Single-nucleotide polymorphisms in DNA bypass polymerase genes and association with breast cancer and breast cancer subtypes among African Americans and Whites.

Publication Type:

Journal Article


Breast cancer research and treatment, Volume 149, Issue 1, p.181-90 (2015)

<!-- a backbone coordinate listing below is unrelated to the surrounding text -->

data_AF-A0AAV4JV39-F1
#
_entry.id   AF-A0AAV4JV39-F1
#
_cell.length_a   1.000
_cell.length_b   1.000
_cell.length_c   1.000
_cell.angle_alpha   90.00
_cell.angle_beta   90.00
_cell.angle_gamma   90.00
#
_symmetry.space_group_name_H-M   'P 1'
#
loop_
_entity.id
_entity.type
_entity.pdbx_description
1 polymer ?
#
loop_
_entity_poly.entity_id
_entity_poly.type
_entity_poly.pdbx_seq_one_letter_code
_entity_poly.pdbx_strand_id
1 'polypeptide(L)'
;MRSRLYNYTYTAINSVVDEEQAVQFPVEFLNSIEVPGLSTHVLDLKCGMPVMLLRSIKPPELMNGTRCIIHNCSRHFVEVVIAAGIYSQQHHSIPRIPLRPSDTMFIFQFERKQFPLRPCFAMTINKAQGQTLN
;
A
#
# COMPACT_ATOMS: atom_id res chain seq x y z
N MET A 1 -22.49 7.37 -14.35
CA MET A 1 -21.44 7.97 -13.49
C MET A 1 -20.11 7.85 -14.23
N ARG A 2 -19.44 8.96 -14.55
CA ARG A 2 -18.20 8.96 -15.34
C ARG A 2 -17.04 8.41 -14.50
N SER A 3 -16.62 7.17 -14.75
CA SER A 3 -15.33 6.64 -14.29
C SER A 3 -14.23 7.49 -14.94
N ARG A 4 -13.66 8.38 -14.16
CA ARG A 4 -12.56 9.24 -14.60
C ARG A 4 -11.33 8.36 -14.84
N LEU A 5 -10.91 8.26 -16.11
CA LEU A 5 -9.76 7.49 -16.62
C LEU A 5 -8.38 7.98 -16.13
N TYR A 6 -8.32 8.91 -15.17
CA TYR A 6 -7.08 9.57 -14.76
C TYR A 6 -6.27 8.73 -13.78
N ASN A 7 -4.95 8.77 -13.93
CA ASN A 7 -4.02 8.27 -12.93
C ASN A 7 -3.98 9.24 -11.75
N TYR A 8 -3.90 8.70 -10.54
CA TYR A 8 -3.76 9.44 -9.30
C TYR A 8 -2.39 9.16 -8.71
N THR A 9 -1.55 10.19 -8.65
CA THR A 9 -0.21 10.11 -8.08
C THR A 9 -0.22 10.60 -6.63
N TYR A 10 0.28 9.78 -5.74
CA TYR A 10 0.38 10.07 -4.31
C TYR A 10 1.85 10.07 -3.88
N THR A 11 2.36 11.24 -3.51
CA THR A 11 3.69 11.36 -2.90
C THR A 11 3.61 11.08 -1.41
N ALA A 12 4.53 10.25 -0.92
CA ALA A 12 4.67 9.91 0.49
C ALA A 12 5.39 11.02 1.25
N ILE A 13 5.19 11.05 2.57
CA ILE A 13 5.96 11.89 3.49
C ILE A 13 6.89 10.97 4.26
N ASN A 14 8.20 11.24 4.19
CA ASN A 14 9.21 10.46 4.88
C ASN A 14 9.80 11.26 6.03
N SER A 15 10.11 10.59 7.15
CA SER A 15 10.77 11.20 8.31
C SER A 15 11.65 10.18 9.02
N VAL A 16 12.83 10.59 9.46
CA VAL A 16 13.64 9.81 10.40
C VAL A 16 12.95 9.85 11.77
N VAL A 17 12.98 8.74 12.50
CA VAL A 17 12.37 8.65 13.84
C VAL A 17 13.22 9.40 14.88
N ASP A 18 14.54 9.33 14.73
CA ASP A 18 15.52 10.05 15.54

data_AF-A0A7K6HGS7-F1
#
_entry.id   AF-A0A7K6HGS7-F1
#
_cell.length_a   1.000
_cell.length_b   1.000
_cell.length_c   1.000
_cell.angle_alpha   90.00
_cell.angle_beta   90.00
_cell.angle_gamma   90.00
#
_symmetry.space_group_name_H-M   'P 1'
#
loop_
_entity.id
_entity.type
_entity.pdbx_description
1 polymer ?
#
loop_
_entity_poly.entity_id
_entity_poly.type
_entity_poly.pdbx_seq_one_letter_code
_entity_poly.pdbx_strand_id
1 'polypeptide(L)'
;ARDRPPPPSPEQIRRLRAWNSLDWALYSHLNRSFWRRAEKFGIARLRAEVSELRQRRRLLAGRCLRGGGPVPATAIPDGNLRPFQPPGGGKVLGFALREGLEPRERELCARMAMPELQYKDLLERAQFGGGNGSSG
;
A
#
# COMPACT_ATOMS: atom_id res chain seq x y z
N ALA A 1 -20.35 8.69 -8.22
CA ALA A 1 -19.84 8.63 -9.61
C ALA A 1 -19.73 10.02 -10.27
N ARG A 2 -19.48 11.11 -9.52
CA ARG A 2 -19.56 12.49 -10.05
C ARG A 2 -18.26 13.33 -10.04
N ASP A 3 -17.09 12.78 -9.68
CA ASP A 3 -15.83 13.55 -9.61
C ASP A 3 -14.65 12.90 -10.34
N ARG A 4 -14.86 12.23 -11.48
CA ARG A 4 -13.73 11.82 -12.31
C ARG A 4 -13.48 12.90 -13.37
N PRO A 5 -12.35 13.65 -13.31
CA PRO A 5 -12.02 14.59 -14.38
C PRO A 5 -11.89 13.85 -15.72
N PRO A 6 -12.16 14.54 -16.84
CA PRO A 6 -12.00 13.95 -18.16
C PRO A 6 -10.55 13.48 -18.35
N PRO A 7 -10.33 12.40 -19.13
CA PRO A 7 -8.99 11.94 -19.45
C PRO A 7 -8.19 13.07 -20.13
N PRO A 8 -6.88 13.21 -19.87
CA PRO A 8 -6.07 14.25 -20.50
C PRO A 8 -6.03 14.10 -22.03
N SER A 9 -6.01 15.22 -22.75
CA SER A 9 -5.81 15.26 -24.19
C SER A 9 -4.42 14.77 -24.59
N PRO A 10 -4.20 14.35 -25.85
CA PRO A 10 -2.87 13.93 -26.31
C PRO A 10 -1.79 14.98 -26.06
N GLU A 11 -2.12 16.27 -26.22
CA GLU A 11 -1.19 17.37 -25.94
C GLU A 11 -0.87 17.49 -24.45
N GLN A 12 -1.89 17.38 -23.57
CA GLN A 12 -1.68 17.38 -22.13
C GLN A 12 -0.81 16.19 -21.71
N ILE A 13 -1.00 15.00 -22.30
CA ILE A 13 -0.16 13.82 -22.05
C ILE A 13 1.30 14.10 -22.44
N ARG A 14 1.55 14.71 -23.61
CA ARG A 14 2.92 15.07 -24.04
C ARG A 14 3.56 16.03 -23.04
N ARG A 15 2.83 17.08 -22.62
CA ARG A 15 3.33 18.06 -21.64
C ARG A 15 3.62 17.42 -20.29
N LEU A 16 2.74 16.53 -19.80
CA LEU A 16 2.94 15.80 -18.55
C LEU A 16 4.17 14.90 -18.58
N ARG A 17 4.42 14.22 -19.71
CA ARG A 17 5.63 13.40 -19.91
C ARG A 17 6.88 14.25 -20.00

DNA damage recognition and repair is a complex system of genes focused on maintaining genomic stability. Recently, there has been a focus on how breast cancer susceptibility relates to genetic variation in the DNA bypass polymerases pathway. Race-stratified and subtype-specific logistic regression models were used to estimate odds ratios (ORs) and 95 % confidence intervals (CIs) for the association between 22 single-nucleotide polymorphisms (SNPs) in seven bypass polymerase genes and breast cancer risk in the Carolina Breast Cancer Study, a population-based, case-control study (1,972 cases and 1,776 controls). We used SNP-set kernel association test (SKAT) to evaluate the multi-gene, multi-locus (combined) SNP effects within bypass polymerase genes. We found similar ORs for breast cancer with three POLQ SNPs (rs487848 AG/AA vs. GG; OR = 1.31, 95 % CI 1.03-1.68 for Whites and OR = 1.22, 95 % CI 1.00-1.49 for African Americans), (rs532411 CT/TT vs. CC; OR = 1.31, 95 % CI 1.02-1.66 for Whites and OR = 1.22, 95 % CI 1.00-1.48 for African Americans), and (rs3218634 CG/CC vs. GG; OR = 1.29, 95 % CI 1.02-1.65 for Whites). These three SNPs are in high linkage disequilibrium in both races. Tumor subtype analysis showed the same SNPs to be associated with increased risk of Luminal breast cancer. SKAT analysis showed no significant combined SNP effects. These results suggest that variants in the POLQ gene may be associated with the risk of Luminal breast cancer.